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Others ‘Speak Bollywood and connect with your audience’ reveals new study by Cogito Consulting

‘Speak Bollywood and connect with your audience’ reveals new study by Cogito Consulting

Author | Pritie S Jadhav | Tuesday, Dec 06,2005 8:01 AM

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‘Speak Bollywood and connect with your audience’ reveals new study by Cogito Consulting

Bollywood, the escapist ‘opium’ of the Indian society, has often held a mirror to the pent up conflicts, fantasies and aspirations of our society. A recent study by Cogito Consulting, the brand-consulting arm of FCB-Ulka Advertising, reveals that some of the iconic film dialogues have actually part of our cultural vocabulary, be it a Hindi speaking population or a non-Hindi one.

The study, which delves deeper to understand how popular movie dialogues have become part of the Indian vocabulary, provides leads to advertisers to take cue and connect better with their audiences. The study was done on all-time favourite Hindi film dialogues across age, regions and classes of Indians.

V M Wabgaonkar, Vice-President, Strategic Planning, FCB Ulka Advertising, said, “The study is useful in many ways. It tells us the styles of delivery that resonate with consumers. It tells us what resonates with their psyche. It is a dispassionate barometer of what is enduring and what is ephemeral out of the prolific creations of Bollywood. Variously, it tells what else may endure and what won’t.”

“The major findings of this study are that film dialogues proved to be a barometer of the key issues, beliefs and inspirations that reside in our minds. Two key issues have been frustration with red-tapism and, even today, anxiety over family’s sanction to love. It reflected belief in ‘platonic love’ and also in ‘superior heroic powers that could save the day against the evil elements’. The study showed the appeal of the inspiration ‘real players never give up because of a few early failures’. It also showed the timeless appeal of some of the stylised renditions,” Wabgaonkar added.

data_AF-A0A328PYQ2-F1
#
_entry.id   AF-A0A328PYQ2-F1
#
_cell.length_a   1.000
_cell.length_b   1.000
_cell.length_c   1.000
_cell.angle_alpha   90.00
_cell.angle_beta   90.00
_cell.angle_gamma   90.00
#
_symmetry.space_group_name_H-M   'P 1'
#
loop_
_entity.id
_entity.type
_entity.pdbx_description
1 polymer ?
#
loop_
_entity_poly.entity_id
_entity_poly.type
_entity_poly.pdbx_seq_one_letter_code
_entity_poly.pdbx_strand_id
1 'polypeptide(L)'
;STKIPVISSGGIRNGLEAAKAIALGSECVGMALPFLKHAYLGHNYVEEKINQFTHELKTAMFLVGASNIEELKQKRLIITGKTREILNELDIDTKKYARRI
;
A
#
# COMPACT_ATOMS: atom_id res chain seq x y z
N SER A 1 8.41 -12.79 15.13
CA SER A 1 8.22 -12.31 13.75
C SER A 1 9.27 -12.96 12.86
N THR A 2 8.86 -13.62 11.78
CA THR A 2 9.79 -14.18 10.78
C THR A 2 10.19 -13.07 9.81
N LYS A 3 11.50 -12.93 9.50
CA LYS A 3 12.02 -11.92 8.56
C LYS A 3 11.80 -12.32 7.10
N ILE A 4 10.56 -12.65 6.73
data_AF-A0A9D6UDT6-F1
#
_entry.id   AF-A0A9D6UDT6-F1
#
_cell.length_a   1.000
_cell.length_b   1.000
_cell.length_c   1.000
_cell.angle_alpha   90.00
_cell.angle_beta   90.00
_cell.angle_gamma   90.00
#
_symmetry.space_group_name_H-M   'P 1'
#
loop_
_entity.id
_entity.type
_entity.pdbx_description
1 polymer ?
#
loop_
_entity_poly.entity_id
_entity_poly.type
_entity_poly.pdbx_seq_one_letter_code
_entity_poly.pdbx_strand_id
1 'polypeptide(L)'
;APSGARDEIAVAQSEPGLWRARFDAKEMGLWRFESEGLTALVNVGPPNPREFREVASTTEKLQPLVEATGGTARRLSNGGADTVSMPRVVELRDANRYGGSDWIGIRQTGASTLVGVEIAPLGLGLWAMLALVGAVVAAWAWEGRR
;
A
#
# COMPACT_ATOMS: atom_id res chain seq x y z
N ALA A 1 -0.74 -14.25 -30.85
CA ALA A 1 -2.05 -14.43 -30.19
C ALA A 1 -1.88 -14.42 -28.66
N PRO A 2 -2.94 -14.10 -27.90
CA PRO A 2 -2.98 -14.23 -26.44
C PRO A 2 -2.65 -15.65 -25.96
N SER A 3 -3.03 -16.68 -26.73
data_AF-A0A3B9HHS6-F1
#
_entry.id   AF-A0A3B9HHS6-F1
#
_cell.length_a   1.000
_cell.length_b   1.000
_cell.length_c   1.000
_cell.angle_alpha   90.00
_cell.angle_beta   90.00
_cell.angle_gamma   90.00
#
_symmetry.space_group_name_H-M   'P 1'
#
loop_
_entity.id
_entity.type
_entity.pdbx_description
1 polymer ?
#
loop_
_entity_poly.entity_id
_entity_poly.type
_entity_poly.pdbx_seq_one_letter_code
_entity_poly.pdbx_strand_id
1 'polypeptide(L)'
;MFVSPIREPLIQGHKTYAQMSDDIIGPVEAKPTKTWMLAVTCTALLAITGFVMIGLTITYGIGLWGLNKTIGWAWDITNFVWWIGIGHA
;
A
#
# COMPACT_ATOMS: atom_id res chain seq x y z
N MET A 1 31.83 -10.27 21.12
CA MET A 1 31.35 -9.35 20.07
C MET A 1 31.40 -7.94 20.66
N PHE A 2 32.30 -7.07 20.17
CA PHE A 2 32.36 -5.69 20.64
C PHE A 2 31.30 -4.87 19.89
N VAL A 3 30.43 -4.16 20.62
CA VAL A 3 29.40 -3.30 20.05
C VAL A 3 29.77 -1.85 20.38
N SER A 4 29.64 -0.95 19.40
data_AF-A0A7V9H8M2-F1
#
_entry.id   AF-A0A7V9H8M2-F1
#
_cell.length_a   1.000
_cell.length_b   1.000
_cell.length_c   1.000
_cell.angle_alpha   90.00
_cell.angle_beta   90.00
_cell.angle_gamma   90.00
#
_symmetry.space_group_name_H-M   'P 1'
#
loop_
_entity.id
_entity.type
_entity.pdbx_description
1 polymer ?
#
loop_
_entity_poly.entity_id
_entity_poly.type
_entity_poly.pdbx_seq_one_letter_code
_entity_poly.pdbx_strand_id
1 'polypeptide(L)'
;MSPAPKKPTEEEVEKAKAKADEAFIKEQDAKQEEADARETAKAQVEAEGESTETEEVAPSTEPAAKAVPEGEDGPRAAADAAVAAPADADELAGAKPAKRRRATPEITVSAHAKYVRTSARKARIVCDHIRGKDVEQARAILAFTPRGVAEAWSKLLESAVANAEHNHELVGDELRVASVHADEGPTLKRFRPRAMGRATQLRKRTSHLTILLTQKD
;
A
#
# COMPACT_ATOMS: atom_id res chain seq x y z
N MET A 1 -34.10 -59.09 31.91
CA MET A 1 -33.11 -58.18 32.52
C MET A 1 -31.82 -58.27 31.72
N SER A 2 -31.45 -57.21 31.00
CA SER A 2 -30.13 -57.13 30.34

He further said, “The study brought out that even the new millennium and its tech-intensive life haven’t diluted many of the age-old powerful symbols such as the ‘Ganges’ and the ‘righteous Indian mother’. The paucity of female dialogues in the winning list is reflective of the distance we are yet to travel in making our archetypal women ‘equally strong and independent’ as men (barring exceptions). The surprisingly wide liking for several of the old dialogues by young respondents tells us something about the amazing continuity of our culture. The study brought to light some of the stylised renditions that have got firmly itched in our minds. Decades have come and gone, but nobody has been able to dislodge ‘Mogambo’ or ‘Gabbar’.”

The impact that the Bollywood dialogues have had on the society can be gauged from the most used dialogues. They show how we have reinforced our beliefs, derived inspiration or even given vent to bugging issues through their words, style and impact.

Some of the highlights of the findings are:

Dialogues spouted by the bad men of Bollywood seem to be more popular than heroes. “Tera kya hoga Kaliya?” (‘Sholay’) is the most often used dialogue in India, followed by “Mogambo khush hua” (‘Mister India’).

Gabbar Singh’s (of ‘Sholay’ fame) two dialogues – “Pachas pachas kos door tak jab koi bachcha rota hai…” and “Tera kya hoga Kaliya” – are all-time hit dialogues despite being uttered 30 years ago.

Other top Hindi film dialogues feature from Amitabh Bachchan in ‘Shehenshah’, ‘Deewar’ and ‘Silsila’, Sunny Deol in ‘Damini’, and even Prithviraj Kapoor in ‘Mughal-e-Azam’.

People chose dialogues that symbolise various personal feelings, like love in adversity (Prithviraj Kapoor’s dialogue in ‘Mughal-e-Azam’), frustration with the bureaucracy (Sunny Deol in ‘Damini’), platonic love (Big B in ‘Silsila’, heroic powers (Big B again, in ‘Shehenshah’), and likeable/human villain (Shah Rukh Khan in ‘Bazeegar’).

Among top female dialogues, is Basanti’s frantic “Chal Dhanno, Chal! Aaj teri Basanti ki izzat ka sawal hai” (from ‘Sholay’) rates the highest in terms of popularity.

Prithviraj Kapoor’s dialogue from ‘Mughal-e-Azam’, “Zindagi aur maut uparwale ke haath mein hai”, rates the highest among the SEC A population.

“Mere paas maa hai,” Shashi Kapoor’s calm reply to Amitabh Bachchan’s arrogant “Tumhare paas kya hai” in ‘Deewar’, features the highest among SEC C population.

Dialogues from the ’70s blockbuster ‘Sholay’ are still the most popular across all ages, regions and classes, followed by dialogues from ‘Deewar’ and ‘Anand’.

Big B tops the list of actors whose dialogues are most remembered and used. He is followed by Shah Rukh Khan and (surprise!) Raj Kumar.

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